FOR IMMEDIATE RELEASE
June 20, 2012
65% of Canadians want clear rules to regulate key decision-making powers of Governor General and provincial lieutenant governors, enforced by Supreme Court of Canada
67% also want new, elected position to replace Governor General and lieutenant governors
OTTAWA – Today, the new national educational charity Your Canada, Your Constitution (YCYC) released the results of its recent national survey of 2,030 Canadians on key questions concerning the decision-making powers of the Governor General and provincial lieutenant governors. The results show about two-thirds of Canadians want changes to how these powers are regulated, and who makes the decisions.
The YCYC survey, conducted by Harris/Decima from May 10th through May 20th, asked 2,030 Canadians ages 18 or older whether they wanted clear rules that would be enforced by the Supreme Court of Canada to regulate the powers of the Governor General and provincial lieutenant governors: to approve or reject laws passed by our elected politicians; to determine when elections are held; to chose Canada’s Prime Minister and the Premier of each province after an election, and; to determine when Parliament and provincial legislatures are opened and closed.
Canadians were also asked whether they wanted a new, elected position to replace the Governor General and provincial lieutenant governors as the decision-maker in these areas.
A total of 65% of Canadians want clear rules enforced by the Supreme Court of Canada to regulate these key decision-making powers, and 67% want a new, elected person to replace the Governor General and lieutenant governors.
Support for clear rules averages 65% across all of the provinces. Compared to the rest of Canada, fewer in Quebec support (57%) support this change. A total of 80% of youth age 18-24 support clear rules, while those ages 25-44 average 71% support, and 58% of those age 45 or older support this change.
A total of 67% of Canadians would support a new elected position to replace the Governor General and lieutenant governors. Regionally, there is support across all provinces with the highest support in Alberta and Atlantic Canada:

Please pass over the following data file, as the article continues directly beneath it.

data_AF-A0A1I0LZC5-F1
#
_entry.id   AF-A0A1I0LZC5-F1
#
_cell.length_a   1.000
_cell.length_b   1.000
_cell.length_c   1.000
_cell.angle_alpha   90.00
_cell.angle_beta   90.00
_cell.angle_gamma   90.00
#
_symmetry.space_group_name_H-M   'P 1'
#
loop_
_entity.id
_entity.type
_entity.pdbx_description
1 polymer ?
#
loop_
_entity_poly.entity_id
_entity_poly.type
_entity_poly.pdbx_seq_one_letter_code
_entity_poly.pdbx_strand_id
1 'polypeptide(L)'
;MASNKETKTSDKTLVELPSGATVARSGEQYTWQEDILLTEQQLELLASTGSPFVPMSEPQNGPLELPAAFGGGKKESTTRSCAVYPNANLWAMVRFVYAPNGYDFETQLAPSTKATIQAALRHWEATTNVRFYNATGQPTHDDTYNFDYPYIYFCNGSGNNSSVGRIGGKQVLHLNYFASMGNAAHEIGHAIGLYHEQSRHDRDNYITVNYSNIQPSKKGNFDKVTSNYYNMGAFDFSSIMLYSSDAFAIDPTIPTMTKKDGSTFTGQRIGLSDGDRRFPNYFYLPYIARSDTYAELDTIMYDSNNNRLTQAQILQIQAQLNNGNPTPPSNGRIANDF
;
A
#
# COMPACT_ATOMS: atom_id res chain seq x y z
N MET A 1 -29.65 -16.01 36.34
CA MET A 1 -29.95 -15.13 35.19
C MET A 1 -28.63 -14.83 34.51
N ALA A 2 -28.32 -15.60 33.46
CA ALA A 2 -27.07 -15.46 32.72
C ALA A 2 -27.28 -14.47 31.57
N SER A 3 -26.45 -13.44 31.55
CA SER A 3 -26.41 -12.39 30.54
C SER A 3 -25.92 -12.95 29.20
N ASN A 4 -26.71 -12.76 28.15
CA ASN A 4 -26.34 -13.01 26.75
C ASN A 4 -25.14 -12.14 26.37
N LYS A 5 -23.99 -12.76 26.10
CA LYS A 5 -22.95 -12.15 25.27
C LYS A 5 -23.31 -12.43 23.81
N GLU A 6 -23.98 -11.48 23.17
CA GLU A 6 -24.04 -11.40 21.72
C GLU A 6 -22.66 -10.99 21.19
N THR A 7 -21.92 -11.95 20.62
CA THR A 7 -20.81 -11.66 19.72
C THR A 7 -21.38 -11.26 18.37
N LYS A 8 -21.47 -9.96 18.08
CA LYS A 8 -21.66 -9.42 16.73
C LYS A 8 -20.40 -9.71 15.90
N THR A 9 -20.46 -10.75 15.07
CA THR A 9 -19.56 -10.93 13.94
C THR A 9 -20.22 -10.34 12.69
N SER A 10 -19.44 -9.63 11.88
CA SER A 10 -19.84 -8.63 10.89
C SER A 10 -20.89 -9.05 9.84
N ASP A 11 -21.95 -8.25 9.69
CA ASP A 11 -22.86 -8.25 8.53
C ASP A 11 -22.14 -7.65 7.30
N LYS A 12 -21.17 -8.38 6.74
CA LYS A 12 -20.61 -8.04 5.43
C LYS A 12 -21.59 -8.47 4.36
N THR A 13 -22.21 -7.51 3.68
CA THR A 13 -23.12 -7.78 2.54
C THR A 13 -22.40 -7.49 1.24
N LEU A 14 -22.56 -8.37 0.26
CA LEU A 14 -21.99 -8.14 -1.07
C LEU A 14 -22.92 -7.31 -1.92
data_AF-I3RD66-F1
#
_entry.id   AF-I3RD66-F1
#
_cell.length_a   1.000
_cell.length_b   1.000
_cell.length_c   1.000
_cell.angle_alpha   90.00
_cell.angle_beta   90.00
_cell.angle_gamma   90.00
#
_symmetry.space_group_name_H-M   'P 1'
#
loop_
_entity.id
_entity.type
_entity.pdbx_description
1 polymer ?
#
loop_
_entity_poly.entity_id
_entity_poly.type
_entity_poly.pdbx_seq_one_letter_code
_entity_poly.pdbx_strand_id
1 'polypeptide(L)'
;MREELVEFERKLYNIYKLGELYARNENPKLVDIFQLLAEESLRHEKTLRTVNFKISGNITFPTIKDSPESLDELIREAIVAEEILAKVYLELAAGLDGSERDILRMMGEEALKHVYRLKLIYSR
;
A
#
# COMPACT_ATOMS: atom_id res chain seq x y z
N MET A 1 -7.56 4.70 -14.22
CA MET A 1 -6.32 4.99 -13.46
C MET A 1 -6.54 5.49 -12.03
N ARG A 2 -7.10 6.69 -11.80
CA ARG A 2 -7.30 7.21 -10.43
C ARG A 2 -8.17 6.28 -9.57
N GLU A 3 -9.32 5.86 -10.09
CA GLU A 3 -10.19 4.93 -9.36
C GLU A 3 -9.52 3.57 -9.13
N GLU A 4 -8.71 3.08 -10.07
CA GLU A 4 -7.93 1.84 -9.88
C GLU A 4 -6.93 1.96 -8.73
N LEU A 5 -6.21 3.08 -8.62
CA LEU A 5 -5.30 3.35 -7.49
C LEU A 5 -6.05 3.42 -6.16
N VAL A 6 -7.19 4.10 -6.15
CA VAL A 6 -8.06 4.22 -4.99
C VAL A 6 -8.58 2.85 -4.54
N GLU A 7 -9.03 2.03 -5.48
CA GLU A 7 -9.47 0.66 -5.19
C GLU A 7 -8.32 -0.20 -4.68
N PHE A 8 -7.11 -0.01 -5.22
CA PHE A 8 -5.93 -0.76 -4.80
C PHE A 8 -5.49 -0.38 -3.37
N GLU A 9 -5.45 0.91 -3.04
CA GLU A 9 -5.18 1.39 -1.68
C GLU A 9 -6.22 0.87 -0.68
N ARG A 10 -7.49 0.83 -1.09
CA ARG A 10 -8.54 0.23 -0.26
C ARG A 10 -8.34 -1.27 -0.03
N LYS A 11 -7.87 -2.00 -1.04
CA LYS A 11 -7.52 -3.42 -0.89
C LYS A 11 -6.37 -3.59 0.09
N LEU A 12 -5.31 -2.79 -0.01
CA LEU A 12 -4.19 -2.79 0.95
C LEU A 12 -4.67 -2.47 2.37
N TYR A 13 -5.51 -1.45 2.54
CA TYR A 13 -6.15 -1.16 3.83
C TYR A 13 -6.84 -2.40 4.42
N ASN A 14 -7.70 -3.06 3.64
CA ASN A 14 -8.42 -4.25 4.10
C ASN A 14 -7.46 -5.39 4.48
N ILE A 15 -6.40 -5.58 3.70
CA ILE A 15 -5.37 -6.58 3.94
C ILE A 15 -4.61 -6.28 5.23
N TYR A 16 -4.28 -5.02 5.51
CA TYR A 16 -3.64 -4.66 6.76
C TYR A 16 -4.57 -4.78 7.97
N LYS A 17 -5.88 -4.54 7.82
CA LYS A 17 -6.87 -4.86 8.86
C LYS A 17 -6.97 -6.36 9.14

- Atlantic Canada: 72%
- Quebec: 67%
- Ontario: 66%
- Manitoba/Saskatchewan: 63%
- Alberta: 73%
- British Columbia: 68%
A total of 83% of youth age 18-24 support a new, elected position, while those ages 25-54 average 69% support, and 63% ages 55-64 and 54% of people age 65 or older support this change.
Politicians in Britain, Australia and New Zealand have all agreed to new written rules that clearly define the powers of the Prime Minister and monarchy representative in specific situations, including calling elections, opening and closing the legislature, and votes (including on budgets) and appointments.
These changes have not only reduced the discretion of the prime minister and ministers, but also the Governor General/monarchy, thereby democratizing and increasing accountability of their governments. Most other countries also have written rules in these areas.
“Will politicians across Canada respond to the large majority of Canadians who want them to pass a law with clear rules regulating the processes for enacting laws, calling elections, forming government after elections, and opening and closing the legislature, and a new person to enforce these rules along with the Supreme Court of Canada?” asked Duff Conacher, Spokesperson for YCYC. “Following the example of most countries, Britain, Australia and New Zealand have written down their rules in these areas in recent years and made it clear who has the power to do what, and when, and by doing so have made their governments more democratic and accountable. A large majority of Canadians clearly want the federal and provincial governments to make similar changes.”
About the poll: The data was gathered between May 10th through May 20th, 2012 through Harris/Decima’s teleVox, the company’s national omnibus survey. Results are based on a sample of 2,030 Canadians, and the corresponding margin of error is ±2.2%, 19 times out of 20.
Under Canada’s current Constitution, the British Monarch together with an appointed Governor General (Lieutenant Governors for the Provinces) have the following decision-making powers:
- To approve or reject any law passed by our elected politicians;
- To determine when elections are held;
- To chose Canada’s Prime Minister and the Premier of each province after an election, and;
- To determine when Parliament and Provincial Legislatures are opened and closed.
To what extent do you agree or disagree with the British Monarch and Governor General and Lieutenant Governors having these decision-making powers?
- Strongly agree
- Strongly disagree
- [Do not read] Don’t know/refused
Do you think that these decision-making powers of the British Monarch and Governor General and Lieutenant Governors should be…
- Set out in clear rules that are enforced by the Supreme Court of Canada.
- Given to a person in a new position who is elected by Canadians.
- [Do not read] Don’t know/refused